NASA’s Mars Science Laboratory (MSL) Rover mission is supposed to go up in 2009. On board will be a specially designed device to handle coring operations, the Mini-Corer from Honeybee Robotics Spacecraft and Mechanisms Design Company. Initially, NASA requested a combination abrading and coring tool. That hybrid unit would have consisted of Honeybee’s existing Rock Abrasion Tool (RAT) and Mini-Corer (MC) designs. However, it now appears the abrading and coring operations will be done separately, necessitating a stand-alone Mini-Corer.
The Rock Abrasion Tool (RAT) was used in the 2003 Mars Exploration Rovers Mission and continues to operate on Mars today. It grinds the surface of rock 5 mm deep, uncovering layers of soil to reveal near-surface stratigraphy. Engineers operate the RAT
remotely from their New York City offices.
For the upcoming Mars mission, though, the Mini-Corer will need to manipulate and move around seventy-four cups of Mars dirt, presenting it to several science stations, including two ovens. Each cup of dirt will be inserted and hermetically sealed in an oven. The oven will then cook the sample and analyze the gases that burn off. This instrument represents about 85% of the all the science the MSL will perform.
The shoebox-sized enclosure of the
Mini-Corer seals the interior from dust and acts as rigid structural
housing. Inside this box is a smaller box that contains the motors,
gearing, and a shaft that spins the drill for coring.
The demands of space
Space can take a toll on devices. Material shrinkage from cold temperatures is one
factor as is vibration. A space-bound device must also withstand the 62 Gs produced
during launch. To ensure the Mini-Corer will handle the harsh demands, engineers tested it in a thermal-vacuum chamber with temperatures that go down to –70 C.
NASA’s Jet Propulsion Laboratories (JPL) wanted the Mini-Corer to be part of a mobile robot that could withdraw rock samples from Mars’ surface without being disabled by
environmental dust. The MSL’s capacity and all the other equipment it has to carry dictated size and weight. Therefore, the shoebox sized enclosure of the Mini-Corer will be made of albemet, a combination of aluminum and beryllium, rather than pure aluminum.
The outer box seals the interior from dust and acts as rigid structural housing. The smaller inner box contains the motors, gearing, and a shaft that spins the drill for coring. These boxes double seal the Mini-Corer to prevent dust from getting into the gears and bearings.
On an acme screw, the small box uses two double-wide linear bearings from NB Corp. to slide six inches up and down two linear slide rails inside the big box. When the Mini-Corer drills, the drill shaft is pushed into the rock. The coring bit, which is 5 cm (about 2 in.) long and 8 mm in diameter, can take 1-in. core samples.
The engineers wanted to make the Mini-Corer light and stiff. The double wide linear bearings provided more stiffness and rigidity than the engineers could achieve with two standard width bushings. Plus, two bushings in a housing may still ‘give’ at the break, which is not a problem with a doublewide bushing.
Notes Mike Maksymuk, systems engineer at Honeybee, “In order to core rock and take samples, we wanted a stable linear slide. The forces and torques that the two double-wide linear bearings can handle proved sufficient because they distribute load evenly. Imagine coming down on a rock with a drill moving forward without cutting rock perpendicular to its surface. That motion would put a lot of side load back into the tool. If the drill shaft flexes too much, it will not drill efficiently. The torque needed to drill into the rock could cause problems too. If the drill gets stuck, the loads are transmitted back into the whole unit. We needed something really rigid to prevent the tool from flexing.”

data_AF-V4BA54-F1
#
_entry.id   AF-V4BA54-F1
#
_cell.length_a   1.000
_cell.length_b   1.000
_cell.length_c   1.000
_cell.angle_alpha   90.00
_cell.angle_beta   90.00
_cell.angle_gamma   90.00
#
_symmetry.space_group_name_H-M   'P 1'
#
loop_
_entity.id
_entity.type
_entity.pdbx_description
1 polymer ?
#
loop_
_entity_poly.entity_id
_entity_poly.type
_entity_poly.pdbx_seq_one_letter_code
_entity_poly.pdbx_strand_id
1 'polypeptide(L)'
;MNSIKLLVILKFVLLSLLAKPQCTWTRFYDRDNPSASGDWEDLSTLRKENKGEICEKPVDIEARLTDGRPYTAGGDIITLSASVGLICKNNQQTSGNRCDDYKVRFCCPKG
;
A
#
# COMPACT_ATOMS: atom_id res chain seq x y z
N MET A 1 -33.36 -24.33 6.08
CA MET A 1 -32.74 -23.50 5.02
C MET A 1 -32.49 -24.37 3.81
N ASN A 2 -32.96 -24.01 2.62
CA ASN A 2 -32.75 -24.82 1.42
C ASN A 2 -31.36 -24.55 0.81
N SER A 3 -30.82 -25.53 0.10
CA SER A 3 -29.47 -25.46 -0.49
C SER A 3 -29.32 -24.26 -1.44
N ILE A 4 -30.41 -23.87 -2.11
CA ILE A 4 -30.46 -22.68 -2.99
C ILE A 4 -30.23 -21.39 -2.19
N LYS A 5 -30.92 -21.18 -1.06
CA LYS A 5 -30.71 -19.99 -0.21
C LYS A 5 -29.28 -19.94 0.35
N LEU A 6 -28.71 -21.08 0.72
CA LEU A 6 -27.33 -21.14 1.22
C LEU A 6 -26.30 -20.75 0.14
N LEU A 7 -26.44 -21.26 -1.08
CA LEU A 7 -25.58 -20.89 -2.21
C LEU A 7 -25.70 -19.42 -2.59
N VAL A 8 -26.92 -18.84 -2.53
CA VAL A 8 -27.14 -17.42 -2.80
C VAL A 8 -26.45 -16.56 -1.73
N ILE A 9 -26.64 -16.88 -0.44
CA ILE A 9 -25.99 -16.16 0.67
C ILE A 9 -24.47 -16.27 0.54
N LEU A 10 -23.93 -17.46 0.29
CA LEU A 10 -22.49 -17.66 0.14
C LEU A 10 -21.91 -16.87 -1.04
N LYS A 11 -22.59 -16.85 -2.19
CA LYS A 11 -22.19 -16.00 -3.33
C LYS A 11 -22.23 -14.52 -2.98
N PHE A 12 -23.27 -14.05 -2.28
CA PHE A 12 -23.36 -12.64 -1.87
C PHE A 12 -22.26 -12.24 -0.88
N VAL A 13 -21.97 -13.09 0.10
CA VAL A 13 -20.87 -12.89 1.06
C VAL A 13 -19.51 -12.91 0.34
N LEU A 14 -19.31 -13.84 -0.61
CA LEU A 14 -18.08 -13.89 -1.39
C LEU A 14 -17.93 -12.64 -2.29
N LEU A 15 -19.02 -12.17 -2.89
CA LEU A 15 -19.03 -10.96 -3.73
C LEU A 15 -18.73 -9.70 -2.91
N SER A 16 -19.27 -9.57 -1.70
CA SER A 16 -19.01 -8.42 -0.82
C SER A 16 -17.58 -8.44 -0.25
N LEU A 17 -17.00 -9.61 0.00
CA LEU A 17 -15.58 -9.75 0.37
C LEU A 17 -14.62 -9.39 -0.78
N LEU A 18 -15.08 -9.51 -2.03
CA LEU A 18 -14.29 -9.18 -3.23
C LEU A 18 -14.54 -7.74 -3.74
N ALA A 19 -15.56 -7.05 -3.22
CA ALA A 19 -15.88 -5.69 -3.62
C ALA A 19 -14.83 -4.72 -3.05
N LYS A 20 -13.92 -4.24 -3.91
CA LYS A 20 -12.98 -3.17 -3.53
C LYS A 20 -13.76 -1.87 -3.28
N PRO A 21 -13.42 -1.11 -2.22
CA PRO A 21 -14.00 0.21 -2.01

On an acme screw, the small box uses two
double-wide linear bearings from NB Corp. to slide up and down two
linear slide rails. The 5 cm long coring bit can take 1-in. core
A change of bit
The Mini-Corer can acquire, break, retain, and transfer consolidated and unconsolidated cores, and change-out different end-effectors and bits if they get dull. The engineers found a way to add bit change-out without adding motors to the design. The same mechanisms that function as a coring tool were tweaked to allow the Mini-Corer to drop worn bits and put on new bits. It is an arm-mounted, stand-alone device, requiring no additional arm actuation once positioned and preloaded. A compact internal low-mass transmission provides all the motor power used by the tool mechanisms.
The drill has been tested and fares well in harsh desert environments. Testing indicates that 8 mm carbide drill tips start to dull after drilling ten 30 mm cores into basalt with a
compressive strength of over 100 Mpa.
The Mini-Corer weighs less than 2.8 Kg (6 pounds) and measures less than 270 mm (10.6 in.) x 112 mm (4.4 in.) x 100 mm (4 in.). It will be expected to obtain two, 25 mm long and 8 mm diameter cores from a single hole of a strong rock. The compact, low mass,
device can drill 25 mm into strong basalt in less than six minutes while consuming less than 20 watt-hours of power. The Mini-Corer’s carbide cutting teeth require a minimum of torque to keep the unit’s power needs low.
NB bushings provide the stability and
ridigity needed for the Mini-Corer to drill into rock. The bushings are
available in single, double-wide, and double-wide with flange widths.
Honeybee Robotics Spacecraft and Mechanisms Design Company
:: Design World ::
Filed Under: Aerospace + defense, Mechanical